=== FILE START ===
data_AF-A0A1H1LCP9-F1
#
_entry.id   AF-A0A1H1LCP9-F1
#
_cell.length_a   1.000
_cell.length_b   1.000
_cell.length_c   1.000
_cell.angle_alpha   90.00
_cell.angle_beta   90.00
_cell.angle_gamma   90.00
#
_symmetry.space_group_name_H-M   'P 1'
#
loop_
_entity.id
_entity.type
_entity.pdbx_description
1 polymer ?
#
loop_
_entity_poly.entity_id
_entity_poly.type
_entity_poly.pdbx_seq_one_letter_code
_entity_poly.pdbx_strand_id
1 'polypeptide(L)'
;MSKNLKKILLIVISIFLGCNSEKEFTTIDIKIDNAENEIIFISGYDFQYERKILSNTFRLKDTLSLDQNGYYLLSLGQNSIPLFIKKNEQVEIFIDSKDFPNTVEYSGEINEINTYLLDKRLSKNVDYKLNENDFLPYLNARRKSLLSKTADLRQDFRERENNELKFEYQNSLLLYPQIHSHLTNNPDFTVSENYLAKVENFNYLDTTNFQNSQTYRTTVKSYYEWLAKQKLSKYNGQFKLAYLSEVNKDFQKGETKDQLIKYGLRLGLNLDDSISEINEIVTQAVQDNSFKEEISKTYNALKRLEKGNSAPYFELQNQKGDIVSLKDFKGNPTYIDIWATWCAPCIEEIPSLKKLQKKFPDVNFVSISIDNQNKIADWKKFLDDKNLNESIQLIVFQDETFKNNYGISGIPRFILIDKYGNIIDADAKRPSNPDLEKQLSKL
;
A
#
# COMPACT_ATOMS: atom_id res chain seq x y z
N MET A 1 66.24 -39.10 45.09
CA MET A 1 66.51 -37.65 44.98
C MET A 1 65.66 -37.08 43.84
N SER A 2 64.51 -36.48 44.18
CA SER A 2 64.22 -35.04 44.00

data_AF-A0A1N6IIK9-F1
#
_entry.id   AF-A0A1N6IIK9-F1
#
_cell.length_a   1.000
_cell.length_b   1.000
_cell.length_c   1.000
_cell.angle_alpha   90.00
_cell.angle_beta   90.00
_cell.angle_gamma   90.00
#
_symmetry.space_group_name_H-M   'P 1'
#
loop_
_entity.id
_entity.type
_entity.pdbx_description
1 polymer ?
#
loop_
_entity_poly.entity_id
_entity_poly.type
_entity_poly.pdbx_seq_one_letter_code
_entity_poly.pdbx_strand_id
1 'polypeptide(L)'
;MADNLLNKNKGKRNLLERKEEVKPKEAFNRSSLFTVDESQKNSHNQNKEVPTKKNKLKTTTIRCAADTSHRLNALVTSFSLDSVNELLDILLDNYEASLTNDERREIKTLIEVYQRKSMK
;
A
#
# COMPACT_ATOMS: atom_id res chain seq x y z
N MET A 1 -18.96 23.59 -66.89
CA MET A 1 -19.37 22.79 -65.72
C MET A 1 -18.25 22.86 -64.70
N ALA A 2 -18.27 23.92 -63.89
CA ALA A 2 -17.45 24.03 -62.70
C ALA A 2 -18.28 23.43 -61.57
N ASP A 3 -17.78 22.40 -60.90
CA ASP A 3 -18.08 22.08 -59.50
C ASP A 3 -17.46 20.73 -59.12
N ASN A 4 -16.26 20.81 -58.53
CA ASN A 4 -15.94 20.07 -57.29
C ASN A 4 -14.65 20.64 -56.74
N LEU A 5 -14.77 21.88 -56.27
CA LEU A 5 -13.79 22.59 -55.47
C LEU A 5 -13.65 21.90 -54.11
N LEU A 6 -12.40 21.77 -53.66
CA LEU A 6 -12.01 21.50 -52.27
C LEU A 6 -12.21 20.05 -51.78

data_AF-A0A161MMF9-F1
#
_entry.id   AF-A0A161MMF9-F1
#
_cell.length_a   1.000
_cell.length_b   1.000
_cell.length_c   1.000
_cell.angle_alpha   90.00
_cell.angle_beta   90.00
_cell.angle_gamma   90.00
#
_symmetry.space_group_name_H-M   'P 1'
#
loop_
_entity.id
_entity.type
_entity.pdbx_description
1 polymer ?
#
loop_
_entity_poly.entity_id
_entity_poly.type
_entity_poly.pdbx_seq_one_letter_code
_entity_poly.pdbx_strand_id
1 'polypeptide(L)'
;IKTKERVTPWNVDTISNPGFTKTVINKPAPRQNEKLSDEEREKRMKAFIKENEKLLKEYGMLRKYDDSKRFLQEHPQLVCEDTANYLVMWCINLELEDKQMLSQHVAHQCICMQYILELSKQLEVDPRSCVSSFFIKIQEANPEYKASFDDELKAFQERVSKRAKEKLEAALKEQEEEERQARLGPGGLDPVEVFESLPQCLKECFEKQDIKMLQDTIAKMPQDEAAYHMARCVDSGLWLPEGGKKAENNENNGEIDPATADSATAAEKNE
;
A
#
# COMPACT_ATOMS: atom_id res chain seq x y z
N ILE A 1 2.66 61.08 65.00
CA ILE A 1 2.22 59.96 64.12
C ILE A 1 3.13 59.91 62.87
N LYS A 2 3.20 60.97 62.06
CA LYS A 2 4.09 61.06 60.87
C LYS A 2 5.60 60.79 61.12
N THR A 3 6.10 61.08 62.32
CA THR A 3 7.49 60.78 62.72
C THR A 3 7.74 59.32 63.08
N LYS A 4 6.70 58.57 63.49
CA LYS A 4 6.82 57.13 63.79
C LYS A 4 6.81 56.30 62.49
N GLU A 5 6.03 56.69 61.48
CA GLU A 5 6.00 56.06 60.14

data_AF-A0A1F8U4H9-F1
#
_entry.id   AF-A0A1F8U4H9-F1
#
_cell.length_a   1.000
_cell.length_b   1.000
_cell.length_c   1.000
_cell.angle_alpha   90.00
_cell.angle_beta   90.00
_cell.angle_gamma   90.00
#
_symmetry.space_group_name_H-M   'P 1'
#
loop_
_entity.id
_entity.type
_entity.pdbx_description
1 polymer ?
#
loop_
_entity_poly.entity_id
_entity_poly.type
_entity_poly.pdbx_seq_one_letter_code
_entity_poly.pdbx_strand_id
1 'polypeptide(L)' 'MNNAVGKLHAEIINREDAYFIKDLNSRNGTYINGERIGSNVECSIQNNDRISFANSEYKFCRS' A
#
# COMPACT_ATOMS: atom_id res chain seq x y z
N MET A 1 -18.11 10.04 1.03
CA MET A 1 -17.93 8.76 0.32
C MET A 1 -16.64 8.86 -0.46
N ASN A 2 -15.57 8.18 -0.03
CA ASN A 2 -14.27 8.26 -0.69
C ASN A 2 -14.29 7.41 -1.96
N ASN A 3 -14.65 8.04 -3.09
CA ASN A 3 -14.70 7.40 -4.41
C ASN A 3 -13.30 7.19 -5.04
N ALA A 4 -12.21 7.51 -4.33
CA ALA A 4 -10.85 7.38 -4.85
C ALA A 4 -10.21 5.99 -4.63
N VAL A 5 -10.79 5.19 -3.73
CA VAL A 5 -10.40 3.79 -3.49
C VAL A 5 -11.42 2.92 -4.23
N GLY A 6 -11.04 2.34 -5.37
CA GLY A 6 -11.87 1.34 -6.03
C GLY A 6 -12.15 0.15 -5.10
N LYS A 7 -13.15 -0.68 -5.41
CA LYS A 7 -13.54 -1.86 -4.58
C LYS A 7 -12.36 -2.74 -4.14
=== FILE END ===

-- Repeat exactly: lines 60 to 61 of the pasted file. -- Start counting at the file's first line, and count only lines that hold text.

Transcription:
1 'polypeptide(L)'
;MADNLLNKNKGKRNLLERKEEVKPKEAFNRSSLFTVDESQKNSHNQNKEVPTKKNKLKTTTIRCAADTSHRLNALVTSFSLDSVNELLDILLDNYEASLTNDERREIKTLIEVYQRKSMK